Earlier this year, Canada unveiled a rainbow-stripped coin dollar to commemorate the 50th anniversary of the country's decision to decriminalize homosexuality. With the coins now firmly in circulation, Gregory Walters, who lives in Vancouver, wrote a moving essay for the Globe and Mail, expressing joy for how far Canada has come on the issue of gay rights, but how the coin is also a symbolic representation of the "greatest regret" of his life—his decision not to adopt children.

Gregory writes that he had hoped to adopt a child ever since his early career working with persons with developmental disabilities. "Several children I worked with were wards of the State of Texas," he wrote. "Their parents having relinquished all rights either owing to egregious acts of abuse or a lack of desire to raise someone with so many needs. There were days when I felt, 'If I could just take you home and raise you.' I knew there was a need for adopting persons with special needs but my own internalized homophobia got in the way yet again. Despite what is probably my own gift in working with children, I never felt worthy enough to be a parent. I always felt that if I were a gay dad it would create more of a liability for the child."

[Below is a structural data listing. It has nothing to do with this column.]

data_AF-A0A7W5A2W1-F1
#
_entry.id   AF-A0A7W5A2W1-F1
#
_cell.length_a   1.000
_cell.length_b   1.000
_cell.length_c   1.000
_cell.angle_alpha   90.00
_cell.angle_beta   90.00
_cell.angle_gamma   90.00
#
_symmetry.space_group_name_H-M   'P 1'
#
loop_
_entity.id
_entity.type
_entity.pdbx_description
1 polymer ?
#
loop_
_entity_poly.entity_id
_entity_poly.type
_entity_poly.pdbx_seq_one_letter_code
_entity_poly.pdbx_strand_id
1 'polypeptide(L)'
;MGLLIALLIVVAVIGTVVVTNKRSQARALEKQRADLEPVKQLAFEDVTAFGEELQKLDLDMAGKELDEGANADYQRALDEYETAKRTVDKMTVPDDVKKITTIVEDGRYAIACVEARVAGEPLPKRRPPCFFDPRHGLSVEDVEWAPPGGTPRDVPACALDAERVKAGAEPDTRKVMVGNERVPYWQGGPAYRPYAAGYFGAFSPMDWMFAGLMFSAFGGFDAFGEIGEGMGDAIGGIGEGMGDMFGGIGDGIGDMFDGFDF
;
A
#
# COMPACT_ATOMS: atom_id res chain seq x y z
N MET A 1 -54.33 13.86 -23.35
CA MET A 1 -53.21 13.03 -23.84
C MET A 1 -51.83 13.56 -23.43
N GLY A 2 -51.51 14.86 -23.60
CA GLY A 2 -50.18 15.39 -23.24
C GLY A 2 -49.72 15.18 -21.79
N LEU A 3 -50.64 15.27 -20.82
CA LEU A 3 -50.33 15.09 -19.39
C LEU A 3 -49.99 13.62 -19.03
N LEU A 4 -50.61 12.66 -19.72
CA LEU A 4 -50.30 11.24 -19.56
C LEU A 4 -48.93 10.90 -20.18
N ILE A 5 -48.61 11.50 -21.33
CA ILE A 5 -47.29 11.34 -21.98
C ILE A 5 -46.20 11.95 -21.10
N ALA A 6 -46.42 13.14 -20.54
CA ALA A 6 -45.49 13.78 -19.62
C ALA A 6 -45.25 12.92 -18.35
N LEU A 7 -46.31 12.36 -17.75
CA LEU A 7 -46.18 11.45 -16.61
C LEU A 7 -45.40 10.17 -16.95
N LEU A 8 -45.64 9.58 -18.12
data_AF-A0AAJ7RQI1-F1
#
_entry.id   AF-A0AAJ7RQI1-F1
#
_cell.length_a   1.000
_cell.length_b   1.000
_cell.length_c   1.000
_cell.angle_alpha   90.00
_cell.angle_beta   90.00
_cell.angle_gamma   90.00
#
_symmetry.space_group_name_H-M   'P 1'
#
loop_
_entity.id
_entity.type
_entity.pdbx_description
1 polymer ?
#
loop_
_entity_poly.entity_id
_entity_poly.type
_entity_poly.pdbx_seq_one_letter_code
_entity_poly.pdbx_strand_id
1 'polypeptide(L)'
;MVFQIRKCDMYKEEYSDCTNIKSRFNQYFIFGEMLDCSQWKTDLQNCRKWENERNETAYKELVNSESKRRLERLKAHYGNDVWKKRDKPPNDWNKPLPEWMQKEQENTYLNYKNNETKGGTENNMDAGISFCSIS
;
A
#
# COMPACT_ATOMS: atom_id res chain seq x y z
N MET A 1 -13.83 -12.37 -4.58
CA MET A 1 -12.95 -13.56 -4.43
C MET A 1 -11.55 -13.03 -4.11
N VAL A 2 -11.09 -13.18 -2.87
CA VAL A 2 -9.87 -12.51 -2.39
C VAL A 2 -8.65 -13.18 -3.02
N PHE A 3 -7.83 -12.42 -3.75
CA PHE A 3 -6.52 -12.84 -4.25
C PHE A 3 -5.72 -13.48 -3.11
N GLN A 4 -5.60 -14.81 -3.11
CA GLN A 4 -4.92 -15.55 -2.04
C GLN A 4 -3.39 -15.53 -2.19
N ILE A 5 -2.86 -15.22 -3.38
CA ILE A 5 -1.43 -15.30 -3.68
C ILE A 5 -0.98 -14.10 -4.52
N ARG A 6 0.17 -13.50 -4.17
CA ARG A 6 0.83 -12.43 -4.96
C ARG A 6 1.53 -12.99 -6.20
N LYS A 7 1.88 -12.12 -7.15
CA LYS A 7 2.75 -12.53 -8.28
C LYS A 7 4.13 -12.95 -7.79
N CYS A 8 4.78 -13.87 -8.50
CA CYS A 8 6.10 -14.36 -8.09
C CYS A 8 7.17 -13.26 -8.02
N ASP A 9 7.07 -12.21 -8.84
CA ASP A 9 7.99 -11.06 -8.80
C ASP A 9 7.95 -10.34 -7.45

Gregory decision to forgo having children, he says, is his "greatest regret." While he takes responsibility for some of this decision, he also adds: "society's view of homosexuals and its opinions regarding gay adoptions also played a major part."

To critics of Canada's coin, some of who have said its a cheap political pander to the LGBTQ community, Gregory concludes with this thought:

"I don't care if the indulged majority who never had to question marriage or raising children or being secure in a job may feel the coin is frivolous. The coin isn't for them in the first place. It's an acknowledgment for those of us who repressed our true selves and felt oppressed. It is for gays who never lived to see rights and protections enshrined in law. It is for younger LGBTQ people to learn more about how far we've come and to gain a deeper sense of gay pride. For these reasons, the coin has value so much greater than any monetary designation. The coin represents both empowerment and normalization."

Read Gregory's full essay here.

Fatherhood, the gay way

Get the latest from Gays With Kids delivered to your inbox!

Follow Gays With Kids

Powered by RebelMouse